Thread: Evil Strings.

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    Angry Evil Strings.


    Why does it have to be so complecated with strings?
    How do you return a string through a return function?
    why do you have to use that strcpy(); thing? Why cant you compare two strings with an equal sing?
    My question is, how do you return a string through a return function?:confused:

    i have a function that does something and then returns a string.
    so if you have a function that returns something it should be like.

    string = function(); but you cant with strings. Please help!
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    There are literally hundreds of string classes out there. If you're using MSVC++, you have things from the LPCTSTR, to the ever-useful CString. These can be returned from functions. Other environments will have similar classes, or you can find tons of user created ones.

    The problem arises with memory management. How do you pass around and make copies of variables that have no type-defined length? Its for the same reason you can't return arrays. You can return an int, for example, because an int is always a fixed byte size. A string though, varies, and may have its data fragmented across different memory locations.

    You need to define a class that worries about that for you. One that internally keeps track of the size, and location of all of its data. One that has appropriate copy constructors, that over-rides operator =, or operator ==, etc. But why bother defining a class like that when there are so many good ones out there?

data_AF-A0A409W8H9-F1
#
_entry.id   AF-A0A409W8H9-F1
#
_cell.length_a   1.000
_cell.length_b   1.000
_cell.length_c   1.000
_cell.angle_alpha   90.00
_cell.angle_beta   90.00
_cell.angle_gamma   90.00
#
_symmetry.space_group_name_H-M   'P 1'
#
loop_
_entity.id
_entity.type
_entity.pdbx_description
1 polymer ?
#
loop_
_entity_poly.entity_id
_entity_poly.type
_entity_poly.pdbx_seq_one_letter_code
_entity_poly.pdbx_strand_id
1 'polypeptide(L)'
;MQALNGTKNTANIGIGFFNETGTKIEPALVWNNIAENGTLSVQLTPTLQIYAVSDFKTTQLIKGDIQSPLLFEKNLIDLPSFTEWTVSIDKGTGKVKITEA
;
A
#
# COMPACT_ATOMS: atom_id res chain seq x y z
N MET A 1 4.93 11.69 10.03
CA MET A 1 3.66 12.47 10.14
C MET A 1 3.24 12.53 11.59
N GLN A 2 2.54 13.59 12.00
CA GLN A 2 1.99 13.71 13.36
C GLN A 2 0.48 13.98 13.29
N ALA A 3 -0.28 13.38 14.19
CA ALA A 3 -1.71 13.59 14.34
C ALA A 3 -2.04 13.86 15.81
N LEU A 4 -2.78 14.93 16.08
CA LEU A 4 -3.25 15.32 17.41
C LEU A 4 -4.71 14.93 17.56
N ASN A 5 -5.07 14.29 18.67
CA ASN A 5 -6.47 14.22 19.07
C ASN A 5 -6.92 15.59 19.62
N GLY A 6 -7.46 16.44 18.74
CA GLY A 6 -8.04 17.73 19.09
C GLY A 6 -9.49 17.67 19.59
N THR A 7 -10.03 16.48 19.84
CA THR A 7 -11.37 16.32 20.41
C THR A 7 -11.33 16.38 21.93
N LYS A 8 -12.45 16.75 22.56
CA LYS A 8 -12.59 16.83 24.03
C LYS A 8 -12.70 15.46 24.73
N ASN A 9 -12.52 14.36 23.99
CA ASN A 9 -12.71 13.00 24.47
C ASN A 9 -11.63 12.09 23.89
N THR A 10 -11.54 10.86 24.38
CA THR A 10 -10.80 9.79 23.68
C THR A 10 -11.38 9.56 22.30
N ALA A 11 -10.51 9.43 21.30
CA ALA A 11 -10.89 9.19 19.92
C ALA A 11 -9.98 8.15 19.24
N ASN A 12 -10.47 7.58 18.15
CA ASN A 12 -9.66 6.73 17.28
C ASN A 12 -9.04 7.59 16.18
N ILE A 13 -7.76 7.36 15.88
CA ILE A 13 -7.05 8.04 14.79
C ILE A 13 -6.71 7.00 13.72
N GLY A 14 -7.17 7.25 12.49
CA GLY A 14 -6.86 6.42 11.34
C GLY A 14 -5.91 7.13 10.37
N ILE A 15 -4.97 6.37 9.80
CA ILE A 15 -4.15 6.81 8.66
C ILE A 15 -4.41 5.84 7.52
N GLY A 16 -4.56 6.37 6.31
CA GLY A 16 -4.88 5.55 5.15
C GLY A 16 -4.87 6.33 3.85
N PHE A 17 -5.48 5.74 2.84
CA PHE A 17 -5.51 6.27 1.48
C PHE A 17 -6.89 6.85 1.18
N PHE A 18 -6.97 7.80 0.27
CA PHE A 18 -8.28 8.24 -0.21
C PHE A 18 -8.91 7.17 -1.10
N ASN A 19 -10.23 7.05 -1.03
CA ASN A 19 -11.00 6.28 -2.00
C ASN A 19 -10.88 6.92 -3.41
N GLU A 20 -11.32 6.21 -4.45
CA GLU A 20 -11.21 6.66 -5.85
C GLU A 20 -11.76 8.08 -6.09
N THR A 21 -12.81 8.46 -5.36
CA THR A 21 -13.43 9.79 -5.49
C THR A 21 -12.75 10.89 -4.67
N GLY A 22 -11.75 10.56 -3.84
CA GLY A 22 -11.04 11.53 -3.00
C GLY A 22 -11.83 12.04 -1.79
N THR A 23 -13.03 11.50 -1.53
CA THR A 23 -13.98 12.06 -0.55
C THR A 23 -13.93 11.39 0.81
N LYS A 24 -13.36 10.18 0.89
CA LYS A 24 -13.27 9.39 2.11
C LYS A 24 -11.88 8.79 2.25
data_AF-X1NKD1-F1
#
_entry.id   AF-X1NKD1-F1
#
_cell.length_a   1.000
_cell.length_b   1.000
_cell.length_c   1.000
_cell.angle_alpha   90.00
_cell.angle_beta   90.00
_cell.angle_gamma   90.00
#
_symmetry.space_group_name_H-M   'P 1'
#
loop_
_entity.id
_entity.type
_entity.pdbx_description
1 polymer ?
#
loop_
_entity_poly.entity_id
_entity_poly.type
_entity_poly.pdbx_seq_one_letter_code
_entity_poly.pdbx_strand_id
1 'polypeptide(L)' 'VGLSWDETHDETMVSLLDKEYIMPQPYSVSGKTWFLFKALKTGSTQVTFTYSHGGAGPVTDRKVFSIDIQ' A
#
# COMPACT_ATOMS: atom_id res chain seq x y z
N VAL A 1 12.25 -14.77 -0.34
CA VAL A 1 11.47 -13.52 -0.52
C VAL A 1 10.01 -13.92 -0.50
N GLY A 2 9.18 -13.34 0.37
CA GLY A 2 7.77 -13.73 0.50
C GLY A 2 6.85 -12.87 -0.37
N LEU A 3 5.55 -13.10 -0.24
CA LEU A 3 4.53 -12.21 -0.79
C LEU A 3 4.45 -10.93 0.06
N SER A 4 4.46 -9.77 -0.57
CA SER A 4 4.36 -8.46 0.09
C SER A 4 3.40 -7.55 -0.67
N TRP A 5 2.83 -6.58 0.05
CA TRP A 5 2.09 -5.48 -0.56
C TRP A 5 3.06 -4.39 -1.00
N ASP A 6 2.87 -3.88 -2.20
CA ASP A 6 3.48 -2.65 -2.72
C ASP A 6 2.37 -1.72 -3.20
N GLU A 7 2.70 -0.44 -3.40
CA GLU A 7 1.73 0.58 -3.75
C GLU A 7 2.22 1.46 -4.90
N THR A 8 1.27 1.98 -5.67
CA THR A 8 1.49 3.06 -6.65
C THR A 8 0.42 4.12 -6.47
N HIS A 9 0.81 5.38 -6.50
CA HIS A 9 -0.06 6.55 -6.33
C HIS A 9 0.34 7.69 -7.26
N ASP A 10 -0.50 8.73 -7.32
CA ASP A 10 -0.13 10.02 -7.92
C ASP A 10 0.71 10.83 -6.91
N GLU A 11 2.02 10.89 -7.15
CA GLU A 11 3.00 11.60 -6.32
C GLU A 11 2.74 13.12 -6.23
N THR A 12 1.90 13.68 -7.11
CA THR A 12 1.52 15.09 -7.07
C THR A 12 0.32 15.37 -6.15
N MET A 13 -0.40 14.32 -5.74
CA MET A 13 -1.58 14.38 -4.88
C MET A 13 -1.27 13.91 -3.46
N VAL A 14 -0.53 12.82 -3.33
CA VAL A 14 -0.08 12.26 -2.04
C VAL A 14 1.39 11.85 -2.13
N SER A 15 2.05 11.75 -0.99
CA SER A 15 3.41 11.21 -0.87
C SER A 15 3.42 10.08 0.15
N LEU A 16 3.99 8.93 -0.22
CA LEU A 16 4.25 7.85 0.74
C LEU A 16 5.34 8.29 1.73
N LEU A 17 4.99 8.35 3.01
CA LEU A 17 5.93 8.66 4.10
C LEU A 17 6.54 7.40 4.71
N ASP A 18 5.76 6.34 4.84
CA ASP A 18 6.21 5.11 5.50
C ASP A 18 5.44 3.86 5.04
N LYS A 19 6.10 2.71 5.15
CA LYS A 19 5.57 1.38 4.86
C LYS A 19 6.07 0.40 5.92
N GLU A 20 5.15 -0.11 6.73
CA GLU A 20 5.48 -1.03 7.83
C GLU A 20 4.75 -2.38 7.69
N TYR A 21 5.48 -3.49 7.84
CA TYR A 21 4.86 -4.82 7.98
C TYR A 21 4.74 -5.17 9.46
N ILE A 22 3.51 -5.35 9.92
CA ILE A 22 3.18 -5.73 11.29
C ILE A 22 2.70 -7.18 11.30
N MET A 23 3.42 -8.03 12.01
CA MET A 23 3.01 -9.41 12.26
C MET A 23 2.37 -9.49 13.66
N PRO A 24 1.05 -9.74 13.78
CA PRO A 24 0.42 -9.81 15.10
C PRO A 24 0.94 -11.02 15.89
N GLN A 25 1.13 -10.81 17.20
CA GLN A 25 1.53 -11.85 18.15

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    Ok, I use Borland C++. and I need to return a string through function return, how can I do that?
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    I don't have access to Borland C++, so I don't know what may come stock. Check your documentation, there has to be something. Also, try here:

    http://www.codeguru.com/string/index.shtml

    I haven't looked at any of them, but its a start.
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    You can always use the standard template library's (STL) string.
    Here is a simple example:

    Code:
    #include <iostream>
    #include <string>
    
    using namespace std;
    
    string foostring() {
        string mystring = "My string";
        return mystring;
    }
    
    int main(int argc, char **argv) {
        string foo = foostring();
        cout << "Foo: " << foo<< endl;
        return 0;
    }
    It's alot easier than handling arrays of chars. :-)
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    Thanks that works,
    but can you explain int main(int argc, char **argv) { , thanks
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    That's how you process command line messages into your app. argc is Argument Count, and argv is Argument Vector. The char** means that the parameter is a pointer to a pointer to a char. Or, you can look at it as a pointer to an array of strings, which is easier to wrap your head around. Remember that an array name is just a pointer to the first array element. So why can't you declare the char** argv as a char* argv[]? You can. You can even declare it as a char argv[][]. They're all equal. Try this program out:

    Code:
    #include <iostream>
    int main(int argc, char** argv)
    {
        std::cout << "Got " << argc << " arguments." << std::endl;
        for (int i = 0; i < argc; i++)
            std::cout << "Param " << i << ": " << argv[i] << std::endl;
        return 0;
    }
    Run it from the comand line like this:

    Code:
    c:\>foo.exe
    
    // Generates an output of:
    Got 1 arguments.
    Param 1: foo.exe
    
    c:\>foo.exe Hello world!
    
    // Generates:
    Got 3 arguments.
    Param 1: foo.exe
    Param 2: Hello
    Param 3: world!

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